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McGilvray posted a photo of his presentation along with this explanation of how the surprise marriage proposal went down on Coca-Cola's Facebook page: “I asked my girlfriend, Eloise, to put the milk away in the fridge and this is what she saw. The ‘ice’ was in the glass. Thanks Coca-Cola for all the help… she said yes!!!”

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McGilvray’s post was a viral sensation. His creativity earned him more than one million “Likes” in the first 48 hours and sparked worldwide media coverage. The post currently has more than 53,000 “Shares.”

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It also quickly caught the attention of Coca-Cola’s social media specialists, who customized two additional “Share a Coke” bottles — with the names Eloise and Donnie — and posted a congratulatory message featuring two bottles that are clearly in love.

Coca-Cola told BuzzFeed: “All of us at Coca-Cola would like to extend our huge congratulations to Donnie and Eloise on their engagement. We were thrilled to see that Donnie used our personalized iconic glass bottles in such a special and romantic way. That is exactly what Share a Coke is all about: Creating moments of happiness with the people closest to you. We hope they share a very happy life together and will be sending them some special congratulatory bottles to celebrate.”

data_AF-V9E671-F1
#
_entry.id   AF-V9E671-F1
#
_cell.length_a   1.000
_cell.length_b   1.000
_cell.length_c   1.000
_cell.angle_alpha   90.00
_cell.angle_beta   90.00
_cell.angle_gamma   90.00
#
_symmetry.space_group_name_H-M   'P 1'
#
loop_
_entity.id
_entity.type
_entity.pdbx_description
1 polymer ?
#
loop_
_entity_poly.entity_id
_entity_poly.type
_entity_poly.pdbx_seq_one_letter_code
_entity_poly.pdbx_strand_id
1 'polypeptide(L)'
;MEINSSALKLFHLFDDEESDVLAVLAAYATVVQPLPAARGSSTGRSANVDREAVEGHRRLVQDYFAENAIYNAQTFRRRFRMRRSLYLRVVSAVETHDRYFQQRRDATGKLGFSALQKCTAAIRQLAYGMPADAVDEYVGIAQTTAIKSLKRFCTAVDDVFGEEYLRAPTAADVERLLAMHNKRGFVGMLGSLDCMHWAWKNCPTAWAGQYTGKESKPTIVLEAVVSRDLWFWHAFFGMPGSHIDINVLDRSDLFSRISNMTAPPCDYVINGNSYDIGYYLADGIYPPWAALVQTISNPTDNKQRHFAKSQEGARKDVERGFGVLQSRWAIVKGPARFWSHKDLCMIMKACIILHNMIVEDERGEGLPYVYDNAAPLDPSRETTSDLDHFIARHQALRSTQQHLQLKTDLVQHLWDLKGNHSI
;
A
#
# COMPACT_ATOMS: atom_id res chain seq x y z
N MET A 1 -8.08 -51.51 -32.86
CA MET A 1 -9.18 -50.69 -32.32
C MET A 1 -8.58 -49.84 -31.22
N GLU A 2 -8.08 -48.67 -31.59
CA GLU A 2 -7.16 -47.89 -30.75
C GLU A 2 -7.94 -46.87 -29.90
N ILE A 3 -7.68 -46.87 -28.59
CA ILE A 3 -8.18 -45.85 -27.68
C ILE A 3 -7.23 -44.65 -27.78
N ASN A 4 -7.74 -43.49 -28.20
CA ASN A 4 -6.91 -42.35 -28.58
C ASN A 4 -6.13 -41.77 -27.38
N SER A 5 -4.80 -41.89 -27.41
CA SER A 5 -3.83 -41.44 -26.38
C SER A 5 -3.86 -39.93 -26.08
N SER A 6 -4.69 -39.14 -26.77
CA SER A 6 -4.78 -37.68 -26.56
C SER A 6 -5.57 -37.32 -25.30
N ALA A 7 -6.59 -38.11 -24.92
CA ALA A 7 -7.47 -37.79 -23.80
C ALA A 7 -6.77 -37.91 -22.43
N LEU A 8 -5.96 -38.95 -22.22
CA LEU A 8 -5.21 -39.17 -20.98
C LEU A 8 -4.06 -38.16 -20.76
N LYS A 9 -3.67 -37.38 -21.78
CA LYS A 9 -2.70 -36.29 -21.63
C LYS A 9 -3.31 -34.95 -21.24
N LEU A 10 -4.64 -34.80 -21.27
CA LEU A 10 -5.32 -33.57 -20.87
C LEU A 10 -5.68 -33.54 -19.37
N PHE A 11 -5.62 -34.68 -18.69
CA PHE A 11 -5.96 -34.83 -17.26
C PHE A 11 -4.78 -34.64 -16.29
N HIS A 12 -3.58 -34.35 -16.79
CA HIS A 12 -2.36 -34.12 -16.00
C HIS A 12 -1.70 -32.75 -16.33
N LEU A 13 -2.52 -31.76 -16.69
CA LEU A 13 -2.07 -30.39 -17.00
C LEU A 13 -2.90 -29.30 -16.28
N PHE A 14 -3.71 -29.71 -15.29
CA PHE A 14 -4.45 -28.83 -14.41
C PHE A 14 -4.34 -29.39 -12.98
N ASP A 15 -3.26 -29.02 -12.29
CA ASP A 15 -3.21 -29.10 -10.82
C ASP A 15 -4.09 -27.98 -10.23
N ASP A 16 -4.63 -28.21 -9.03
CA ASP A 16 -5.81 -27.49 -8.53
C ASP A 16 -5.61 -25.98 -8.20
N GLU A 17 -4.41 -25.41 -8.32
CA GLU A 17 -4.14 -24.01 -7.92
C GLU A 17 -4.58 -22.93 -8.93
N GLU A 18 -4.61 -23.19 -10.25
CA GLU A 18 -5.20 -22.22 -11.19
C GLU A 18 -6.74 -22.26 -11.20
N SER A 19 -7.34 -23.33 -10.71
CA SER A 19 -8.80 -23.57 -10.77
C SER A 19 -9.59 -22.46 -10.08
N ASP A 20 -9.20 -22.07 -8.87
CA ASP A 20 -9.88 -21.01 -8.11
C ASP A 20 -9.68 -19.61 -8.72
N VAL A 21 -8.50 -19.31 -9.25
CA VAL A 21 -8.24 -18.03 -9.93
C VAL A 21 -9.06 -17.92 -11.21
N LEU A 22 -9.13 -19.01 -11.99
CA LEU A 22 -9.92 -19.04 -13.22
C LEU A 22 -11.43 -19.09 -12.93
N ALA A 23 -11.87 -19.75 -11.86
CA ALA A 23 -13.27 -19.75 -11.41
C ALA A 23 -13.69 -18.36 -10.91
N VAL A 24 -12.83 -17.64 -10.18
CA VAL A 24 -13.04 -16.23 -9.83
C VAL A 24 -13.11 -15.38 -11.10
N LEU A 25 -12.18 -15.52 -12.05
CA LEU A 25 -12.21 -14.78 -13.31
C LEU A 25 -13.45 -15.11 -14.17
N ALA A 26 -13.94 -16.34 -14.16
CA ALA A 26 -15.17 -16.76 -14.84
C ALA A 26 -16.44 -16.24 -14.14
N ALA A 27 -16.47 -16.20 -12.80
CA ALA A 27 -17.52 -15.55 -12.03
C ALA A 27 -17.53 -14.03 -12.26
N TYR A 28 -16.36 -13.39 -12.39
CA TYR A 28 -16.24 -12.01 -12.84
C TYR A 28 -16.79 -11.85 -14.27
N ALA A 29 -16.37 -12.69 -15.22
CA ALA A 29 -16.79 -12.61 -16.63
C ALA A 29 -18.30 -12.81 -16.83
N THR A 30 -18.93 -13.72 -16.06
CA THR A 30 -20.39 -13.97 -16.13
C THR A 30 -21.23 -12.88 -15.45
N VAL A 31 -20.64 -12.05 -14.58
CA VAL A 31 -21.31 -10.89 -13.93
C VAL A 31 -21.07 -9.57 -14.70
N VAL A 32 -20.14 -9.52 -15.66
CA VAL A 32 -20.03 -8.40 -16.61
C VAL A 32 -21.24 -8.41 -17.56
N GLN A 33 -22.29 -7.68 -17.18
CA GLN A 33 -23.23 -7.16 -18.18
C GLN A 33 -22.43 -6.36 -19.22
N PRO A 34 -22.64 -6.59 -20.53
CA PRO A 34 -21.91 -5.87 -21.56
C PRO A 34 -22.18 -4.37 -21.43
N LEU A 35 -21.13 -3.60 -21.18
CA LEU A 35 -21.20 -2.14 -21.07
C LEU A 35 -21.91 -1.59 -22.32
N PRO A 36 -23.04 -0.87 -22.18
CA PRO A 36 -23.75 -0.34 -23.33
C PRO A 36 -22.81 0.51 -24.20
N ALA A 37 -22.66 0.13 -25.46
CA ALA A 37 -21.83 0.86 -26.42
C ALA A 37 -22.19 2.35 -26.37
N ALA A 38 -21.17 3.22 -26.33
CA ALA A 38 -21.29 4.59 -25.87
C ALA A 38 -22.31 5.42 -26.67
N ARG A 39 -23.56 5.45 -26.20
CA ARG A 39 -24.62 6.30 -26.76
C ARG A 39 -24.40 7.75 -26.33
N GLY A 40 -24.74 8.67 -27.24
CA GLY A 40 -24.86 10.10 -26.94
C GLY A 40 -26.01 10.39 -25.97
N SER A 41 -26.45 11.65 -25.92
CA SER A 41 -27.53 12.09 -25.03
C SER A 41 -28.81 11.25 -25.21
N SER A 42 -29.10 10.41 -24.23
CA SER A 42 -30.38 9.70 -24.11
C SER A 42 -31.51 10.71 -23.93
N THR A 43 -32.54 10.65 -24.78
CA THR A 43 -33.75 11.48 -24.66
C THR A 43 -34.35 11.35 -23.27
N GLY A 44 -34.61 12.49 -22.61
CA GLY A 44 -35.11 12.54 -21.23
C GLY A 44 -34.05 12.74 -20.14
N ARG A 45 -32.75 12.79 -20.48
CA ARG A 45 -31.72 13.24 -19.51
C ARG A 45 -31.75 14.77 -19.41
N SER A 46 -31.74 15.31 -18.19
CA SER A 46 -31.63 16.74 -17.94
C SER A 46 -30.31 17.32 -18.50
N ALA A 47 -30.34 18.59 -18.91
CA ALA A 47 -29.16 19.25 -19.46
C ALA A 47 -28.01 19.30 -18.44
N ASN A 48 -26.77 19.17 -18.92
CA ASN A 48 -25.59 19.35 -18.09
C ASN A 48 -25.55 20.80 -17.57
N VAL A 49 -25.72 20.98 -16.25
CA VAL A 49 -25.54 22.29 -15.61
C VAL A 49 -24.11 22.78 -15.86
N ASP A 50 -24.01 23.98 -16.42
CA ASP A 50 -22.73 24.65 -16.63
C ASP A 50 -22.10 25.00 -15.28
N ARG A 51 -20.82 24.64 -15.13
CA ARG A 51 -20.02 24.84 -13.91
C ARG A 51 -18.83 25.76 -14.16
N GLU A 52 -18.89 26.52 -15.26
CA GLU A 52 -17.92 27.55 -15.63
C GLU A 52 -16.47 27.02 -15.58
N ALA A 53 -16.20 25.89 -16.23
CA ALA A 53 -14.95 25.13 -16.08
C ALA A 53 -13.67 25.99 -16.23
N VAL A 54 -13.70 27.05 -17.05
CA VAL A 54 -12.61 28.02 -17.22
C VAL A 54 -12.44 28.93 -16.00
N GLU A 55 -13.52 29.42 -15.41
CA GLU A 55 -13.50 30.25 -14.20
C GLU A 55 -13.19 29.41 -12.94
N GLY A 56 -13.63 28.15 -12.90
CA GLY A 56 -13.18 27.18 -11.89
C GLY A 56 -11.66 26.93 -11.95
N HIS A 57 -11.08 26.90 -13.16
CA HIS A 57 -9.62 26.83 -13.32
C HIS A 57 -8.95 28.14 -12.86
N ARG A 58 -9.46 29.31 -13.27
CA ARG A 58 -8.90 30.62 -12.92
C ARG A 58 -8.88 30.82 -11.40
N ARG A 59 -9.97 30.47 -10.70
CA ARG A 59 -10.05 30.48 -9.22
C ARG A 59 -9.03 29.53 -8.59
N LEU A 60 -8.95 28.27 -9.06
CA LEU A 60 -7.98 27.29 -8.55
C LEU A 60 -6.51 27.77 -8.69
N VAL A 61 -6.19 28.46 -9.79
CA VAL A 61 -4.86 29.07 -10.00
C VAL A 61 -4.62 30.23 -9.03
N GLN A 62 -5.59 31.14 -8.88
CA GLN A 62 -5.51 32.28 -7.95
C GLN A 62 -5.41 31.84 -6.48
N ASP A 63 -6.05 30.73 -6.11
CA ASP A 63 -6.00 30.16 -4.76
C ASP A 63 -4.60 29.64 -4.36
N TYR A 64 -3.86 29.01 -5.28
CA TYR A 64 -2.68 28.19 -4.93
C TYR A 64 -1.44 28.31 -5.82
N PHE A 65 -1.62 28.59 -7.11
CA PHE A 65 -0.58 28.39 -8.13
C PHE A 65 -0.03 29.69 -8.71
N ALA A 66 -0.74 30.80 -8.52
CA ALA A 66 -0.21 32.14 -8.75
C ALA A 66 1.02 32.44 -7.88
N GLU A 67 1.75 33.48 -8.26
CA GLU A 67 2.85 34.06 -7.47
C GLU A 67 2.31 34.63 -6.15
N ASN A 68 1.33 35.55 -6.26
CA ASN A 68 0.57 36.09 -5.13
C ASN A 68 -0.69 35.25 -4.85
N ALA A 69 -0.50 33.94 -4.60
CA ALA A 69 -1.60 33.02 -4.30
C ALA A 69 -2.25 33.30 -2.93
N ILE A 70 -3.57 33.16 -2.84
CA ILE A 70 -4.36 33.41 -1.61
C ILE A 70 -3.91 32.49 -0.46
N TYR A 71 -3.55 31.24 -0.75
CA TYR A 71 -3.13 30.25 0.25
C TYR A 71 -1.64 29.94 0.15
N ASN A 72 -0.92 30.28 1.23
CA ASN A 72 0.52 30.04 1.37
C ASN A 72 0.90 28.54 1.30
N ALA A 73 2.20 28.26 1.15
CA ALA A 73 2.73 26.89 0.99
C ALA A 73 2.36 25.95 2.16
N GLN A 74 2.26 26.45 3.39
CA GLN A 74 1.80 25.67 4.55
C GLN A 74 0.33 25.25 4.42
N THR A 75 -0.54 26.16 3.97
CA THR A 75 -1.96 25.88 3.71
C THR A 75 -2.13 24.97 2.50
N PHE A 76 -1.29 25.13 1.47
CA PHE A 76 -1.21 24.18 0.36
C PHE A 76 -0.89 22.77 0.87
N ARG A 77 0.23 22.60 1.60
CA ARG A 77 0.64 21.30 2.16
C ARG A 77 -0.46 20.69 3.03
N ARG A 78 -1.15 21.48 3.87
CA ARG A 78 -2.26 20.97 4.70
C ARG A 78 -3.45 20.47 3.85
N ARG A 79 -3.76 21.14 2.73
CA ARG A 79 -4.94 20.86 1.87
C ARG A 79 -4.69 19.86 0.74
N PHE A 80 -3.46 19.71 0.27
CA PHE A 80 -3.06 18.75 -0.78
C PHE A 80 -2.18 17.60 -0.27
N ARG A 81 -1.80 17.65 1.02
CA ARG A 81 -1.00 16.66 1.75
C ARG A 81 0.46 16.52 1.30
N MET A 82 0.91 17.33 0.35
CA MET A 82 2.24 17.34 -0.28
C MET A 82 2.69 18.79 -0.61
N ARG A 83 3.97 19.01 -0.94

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McGilvray, who is a native of Tain in the Highland area of Scotland, used Coca-Cola’s label customization tool to pick the proposal phrase from 1,000-plus popular names and words in the Coke database. Check it out at this link…

The cost for each 200ml bottle was about $3.30, so the total expenditure for the six-bottle message was a scant $19.80 (plus tax). Shipping was free on orders of six or more bottles.

Sadly for romantics on this side of the pond, the customized Coke bottles are currently available only in the U.K. The U.S. audience has to settle for the “virtual” version of the program, where users can customize two-dimensional Coke bottles for their friends and loved ones, and then “share” them on Facebook or Twitter. See link here…

Soft drink lovers around the world currently consume more than 1.8 billion servings of Coca-Cola brand beverages each day. The Coca-Cola Facebook page has been “Liked” by more than 87 million fans.
August 29th, 2014
Welcome to Music Friday when we bring you super songs with jewelry, gemstones or precious metals in the title or lyrics. Today, we feature Mick Jagger and The Rolling Stones performing their 1965 release, “Play With Fire.”